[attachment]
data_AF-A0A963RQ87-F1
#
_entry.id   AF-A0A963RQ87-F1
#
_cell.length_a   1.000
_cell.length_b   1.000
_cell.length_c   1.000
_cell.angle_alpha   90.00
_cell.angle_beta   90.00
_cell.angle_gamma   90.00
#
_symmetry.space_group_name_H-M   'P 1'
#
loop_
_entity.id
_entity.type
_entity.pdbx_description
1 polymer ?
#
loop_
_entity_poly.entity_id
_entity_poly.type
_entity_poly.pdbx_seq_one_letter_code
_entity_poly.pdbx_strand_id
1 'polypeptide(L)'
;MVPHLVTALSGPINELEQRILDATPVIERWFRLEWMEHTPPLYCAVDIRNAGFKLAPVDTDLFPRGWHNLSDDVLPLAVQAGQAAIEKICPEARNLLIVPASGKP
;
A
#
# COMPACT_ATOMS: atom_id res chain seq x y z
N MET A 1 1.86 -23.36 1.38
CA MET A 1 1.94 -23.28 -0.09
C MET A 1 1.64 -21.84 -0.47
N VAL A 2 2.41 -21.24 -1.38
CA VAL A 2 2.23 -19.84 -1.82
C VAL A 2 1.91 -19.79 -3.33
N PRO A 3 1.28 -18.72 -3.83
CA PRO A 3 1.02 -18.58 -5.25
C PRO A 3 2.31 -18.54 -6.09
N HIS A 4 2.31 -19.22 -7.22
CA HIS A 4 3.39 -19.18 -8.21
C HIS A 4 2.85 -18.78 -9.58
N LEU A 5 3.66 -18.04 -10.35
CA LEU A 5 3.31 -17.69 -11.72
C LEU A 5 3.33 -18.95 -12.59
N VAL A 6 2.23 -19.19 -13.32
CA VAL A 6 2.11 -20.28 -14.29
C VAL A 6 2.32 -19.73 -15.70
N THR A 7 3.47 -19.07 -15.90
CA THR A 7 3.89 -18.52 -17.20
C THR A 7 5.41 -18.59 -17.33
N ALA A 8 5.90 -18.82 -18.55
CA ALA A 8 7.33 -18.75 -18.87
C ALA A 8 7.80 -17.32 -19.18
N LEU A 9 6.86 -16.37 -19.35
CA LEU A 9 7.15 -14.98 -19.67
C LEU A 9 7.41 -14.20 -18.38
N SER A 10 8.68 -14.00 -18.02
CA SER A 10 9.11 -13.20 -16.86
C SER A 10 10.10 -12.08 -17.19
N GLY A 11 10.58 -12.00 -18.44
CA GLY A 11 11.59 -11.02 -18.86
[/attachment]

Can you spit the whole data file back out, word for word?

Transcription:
data_AF-A0A963RQ87-F1
#
_entry.id   AF-A0A963RQ87-F1
#
_cell.length_a   1.000
_cell.length_b   1.000
_cell.length_c   1.000
_cell.angle_alpha   90.00
_cell.angle_beta   90.00
_cell.angle_gamma   90.00
#
_symmetry.space_group_name_H-M   'P 1'
#
loop_
_entity.id
_entity.type
_entity.pdbx_description
1 polymer ?
#
loop_
_entity_poly.entity_id
_entity_poly.type
_entity_poly.pdbx_seq_one_letter_code
_entity_poly.pdbx_strand_id
1 'polypeptide(L)'
;MVPHLVTALSGPINELEQRILDATPVIERWFRLEWMEHTPPLYCAVDIRNAGFKLAPVDTDLFPRGWHNLSDDVLPLAVQAGQAAIEKICPEARNLLIVPASGKP
;
A
#
# COMPACT_ATOMS: atom_id res chain seq x y z
N MET A 1 1.86 -23.36 1.38
CA MET A 1 1.94 -23.28 -0.09
C MET A 1 1.64 -21.84 -0.47
N VAL A 2 2.41 -21.24 -1.38
CA VAL A 2 2.23 -19.84 -1.82
C VAL A 2 1.91 -19.79 -3.33
N PRO A 3 1.28 -18.72 -3.83
CA PRO A 3 1.02 -18.58 -5.25
C PRO A 3 2.31 -18.54 -6.09
N HIS A 4 2.31 -19.22 -7.22
CA HIS A 4 3.39 -19.18 -8.21
C HIS A 4 2.85 -18.78 -9.58
N LEU A 5 3.66 -18.04 -10.35
CA LEU A 5 3.31 -17.69 -11.72
C LEU A 5 3.33 -18.95 -12.59
N VAL A 6 2.23 -19.19 -13.32
CA VAL A 6 2.11 -20.28 -14.29
C VAL A 6 2.32 -19.73 -15.70
N THR A 7 3.47 -19.07 -15.90
CA THR A 7 3.89 -18.52 -17.20
C THR A 7 5.41 -18.59 -17.33
N ALA A 8 5.90 -18.82 -18.55
CA ALA A 8 7.33 -18.75 -18.87
C ALA A 8 7.80 -17.32 -19.18
N LEU A 9 6.86 -16.37 -19.35
CA LEU A 9 7.15 -14.98 -19.67
C LEU A 9 7.41 -14.20 -18.38
N SER A 10 8.68 -14.00 -18.02
CA SER A 10 9.11 -13.20 -16.86
C SER A 10 10.10 -12.08 -17.19
N GLY A 11 10.58 -12.00 -18.44
CA GLY A 11 11.59 -11.02 -18.86